The first part of this is found here.
Evaluating Secrecy in Matthew
On one level, the quest for secrecy seems to have been spectacularly unsuccessful. If, as so many contend, the reason behind asking one healed person to keep quiet is to prevent popular misunderstanding of Jesus primarily as a miracle wielding wonder-worker, then feeding the five thousand was surely a huge PR slip-up![i] According to John 6:26, after this miracle Jesus accuses the crowds of following him for the wrong reason, to get physical food when they should be looking for eternal sustenance. Matthew, however, does not include this. The commands to silence are not even always obeyed, such as in Matthew 9:30. At least Matthew’s story is more consistent that Mark’s: in Mark 5:19, Jesus breaks his trend and tells the man who had just had a legion of demons cast out of him to go back and tell his whole family what had happened! Why the opposite request in this instance?
Why bother to tell a few scattered individuals that they should not spread the news of their healing, when you heal all the sick in an area anyway, and you have become the biggest celebrity in the nation? Another interpretation I have heard on a more popular level is that Jesus asks for silence at the beginning of his ministry, as an attempt at crowd control for greater freedom of movement.[ii] Yet according to Matthew, that explanation does not fit. The crowds are already following Jesus in 8:1, before the command in 8:4. Alana explains, “Jesus’ emphatic desire to reduce the publicity of his healings to the barest minimum was, indeed, a concerted effort to conceal his messiahship.”[iii] If this is about lowering publicity, then Jesus surely failed miserably. Given the reason above, the commands for silence about healing cannot be about reducing popular awareness of Jesus’ healing ministry.
Secrecy in Matthew concerns more than the healing stories. Kingsbury argues that, contrary to popular scholarship, the “secret of Jesus’ divine sonship is in fact a major motif in Matthew’s story.”[iv] He develops this by noting that most of the people in Matthew’s gospel do not realize that Jesus is the Son of God. There are a few times when this is announced: the baptism, between Jesus and the disciples, and at the transfiguration, but in all of these instances the audience seems to be limited, and Jesus warns the disciples against telling anyone what they know.[v] The first public proclamation to the Jews of Jesus as the son of God occurs in the parable of the wicked husbandman (21:33-46).[vi]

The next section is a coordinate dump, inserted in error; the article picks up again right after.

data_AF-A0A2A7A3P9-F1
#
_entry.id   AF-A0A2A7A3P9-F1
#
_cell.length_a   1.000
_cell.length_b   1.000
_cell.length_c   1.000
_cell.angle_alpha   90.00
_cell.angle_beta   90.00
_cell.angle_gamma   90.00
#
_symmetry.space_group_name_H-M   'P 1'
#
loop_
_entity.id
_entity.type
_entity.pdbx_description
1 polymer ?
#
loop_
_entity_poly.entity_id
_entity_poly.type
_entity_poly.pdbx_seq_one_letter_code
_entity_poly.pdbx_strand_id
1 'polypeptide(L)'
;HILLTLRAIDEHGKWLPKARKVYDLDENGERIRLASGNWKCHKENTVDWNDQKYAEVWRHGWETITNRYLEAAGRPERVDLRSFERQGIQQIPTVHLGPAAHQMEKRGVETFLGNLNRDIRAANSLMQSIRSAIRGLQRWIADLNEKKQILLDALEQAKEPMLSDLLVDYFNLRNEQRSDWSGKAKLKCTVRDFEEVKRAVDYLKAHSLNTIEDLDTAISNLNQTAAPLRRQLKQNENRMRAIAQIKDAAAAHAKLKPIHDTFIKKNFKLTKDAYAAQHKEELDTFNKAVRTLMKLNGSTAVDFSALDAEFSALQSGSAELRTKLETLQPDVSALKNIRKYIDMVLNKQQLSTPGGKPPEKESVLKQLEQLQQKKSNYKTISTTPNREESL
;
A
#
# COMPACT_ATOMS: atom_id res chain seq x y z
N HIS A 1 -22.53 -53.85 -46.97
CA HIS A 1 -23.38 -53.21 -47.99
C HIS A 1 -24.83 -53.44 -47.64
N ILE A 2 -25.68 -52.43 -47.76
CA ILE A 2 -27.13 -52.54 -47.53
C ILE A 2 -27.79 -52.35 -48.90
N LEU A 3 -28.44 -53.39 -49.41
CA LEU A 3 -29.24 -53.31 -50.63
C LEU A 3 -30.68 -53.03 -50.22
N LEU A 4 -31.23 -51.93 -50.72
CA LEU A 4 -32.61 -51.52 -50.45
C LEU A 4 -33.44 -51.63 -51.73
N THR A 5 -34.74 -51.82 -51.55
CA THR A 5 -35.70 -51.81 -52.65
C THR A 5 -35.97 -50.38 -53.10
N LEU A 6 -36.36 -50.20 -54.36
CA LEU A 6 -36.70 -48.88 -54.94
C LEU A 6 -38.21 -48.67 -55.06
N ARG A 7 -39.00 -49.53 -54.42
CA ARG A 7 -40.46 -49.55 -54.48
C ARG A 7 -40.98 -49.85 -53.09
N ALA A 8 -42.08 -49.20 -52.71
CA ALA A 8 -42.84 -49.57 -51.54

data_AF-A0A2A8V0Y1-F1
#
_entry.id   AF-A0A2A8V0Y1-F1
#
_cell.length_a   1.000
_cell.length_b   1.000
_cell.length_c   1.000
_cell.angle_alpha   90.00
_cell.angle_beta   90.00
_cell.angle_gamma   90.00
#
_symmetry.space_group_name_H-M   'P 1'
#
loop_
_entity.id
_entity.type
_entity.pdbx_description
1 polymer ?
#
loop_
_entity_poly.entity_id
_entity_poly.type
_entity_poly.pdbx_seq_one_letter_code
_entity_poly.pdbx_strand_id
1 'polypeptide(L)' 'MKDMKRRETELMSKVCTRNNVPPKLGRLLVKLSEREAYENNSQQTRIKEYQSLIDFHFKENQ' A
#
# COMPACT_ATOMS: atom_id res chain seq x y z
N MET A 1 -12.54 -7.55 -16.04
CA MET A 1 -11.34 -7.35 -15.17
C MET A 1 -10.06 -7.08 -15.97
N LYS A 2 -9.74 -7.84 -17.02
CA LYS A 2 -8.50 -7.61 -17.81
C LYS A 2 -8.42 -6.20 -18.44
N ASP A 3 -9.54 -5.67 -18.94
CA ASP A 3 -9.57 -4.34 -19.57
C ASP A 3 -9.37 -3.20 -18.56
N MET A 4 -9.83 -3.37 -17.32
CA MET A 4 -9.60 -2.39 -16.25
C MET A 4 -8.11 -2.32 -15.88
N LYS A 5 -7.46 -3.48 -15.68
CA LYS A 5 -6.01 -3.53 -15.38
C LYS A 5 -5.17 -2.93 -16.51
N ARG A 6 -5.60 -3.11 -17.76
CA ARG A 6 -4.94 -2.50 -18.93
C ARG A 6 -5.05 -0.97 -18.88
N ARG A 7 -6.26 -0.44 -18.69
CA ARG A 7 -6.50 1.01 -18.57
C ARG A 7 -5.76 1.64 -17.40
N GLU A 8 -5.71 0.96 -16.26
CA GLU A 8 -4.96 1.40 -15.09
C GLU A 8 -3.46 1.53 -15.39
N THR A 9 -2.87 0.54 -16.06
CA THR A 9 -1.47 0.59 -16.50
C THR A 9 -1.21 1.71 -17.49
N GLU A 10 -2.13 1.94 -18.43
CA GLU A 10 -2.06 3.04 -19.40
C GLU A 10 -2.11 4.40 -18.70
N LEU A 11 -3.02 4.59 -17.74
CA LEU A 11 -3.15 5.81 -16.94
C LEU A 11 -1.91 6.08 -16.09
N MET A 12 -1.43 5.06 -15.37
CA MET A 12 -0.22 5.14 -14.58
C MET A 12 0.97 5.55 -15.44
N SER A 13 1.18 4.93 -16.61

I agree with the basic premise set forth by Kingsbury that secrecy is a major Matthean theme. France provides a more qualified view: “In 16:20 and 17:9 Matthew will emphasize as strongly as Mark Jesus’ demand for secrecy with regard to his messiahship, but, as we have noted at 8:4 and 9:30, in relation to healings and exorcisms this motif is much less important to Matthew than to Mark.”[vii] This is probably a fair assessment, in keeping secrecy as an important Matthean element, but not expressed precisely the same way as in Mark.[viii]
Jesus seems to dislike being pegged into any particular category. He warns that he did not come to bring peace (10:34), certainly a popular interpretation heard today. Correcting misunderstanding about the nature of the coming kingdom occupied him throughout his ministry. Thus, the secrecy motif should be understood along the lines of his kingdom teaching. It is not primarily an attempt to dispel publicity, but beyond the actual effect of telling various people not to talk, it characterizes Jesus as being careful as to protocol and timing, jealously guarding his status as the Christ, the Son of God, and not fitting into anyone’s predefined messiah box.
Matthew should not be considered a mop-up artist peddling the remnants of Markan theology. This seems to be the unfortunate assumption of many, as expressed by France: “it [secrecy] seems more like an occasional relic of a prominent Markan theme than an issue that was also important to Matthew himself.”[ix] In Kingsbury’s assessment: “it has been customary in Matthean studies to accept as axiomatic the view that the truth of Jesus’ divine sonship is devoid of any aura of secrecy.”[x] We will consider Matthew on his own merits, and assume that everything in his gospel is included with a purpose. As far as Wrede’s view, I would dismiss it almost entirely, and affirm instead that the secrecy motif arises directly from Jesus’ historical ministry.[xi]
Secrets of the Kingdom
I propose that the real focus of the “secret” of Jesus as messiah is the nature of the kingdom, as presented through the parables. This time of secrecy is limited, however, and once Jesus is resurrected the disciples are free to proclaim his true nature.[xii] We must remember that Jesus was not hiding his identity for the sake of secrecy itself, forming the ultimate heavenly clique. The following quote from Mark is relevant: “For nothing is hidden except to be made manifest; nor is anything secret except to come to light” (4:22-23, ESV). France has some good insights on this subject: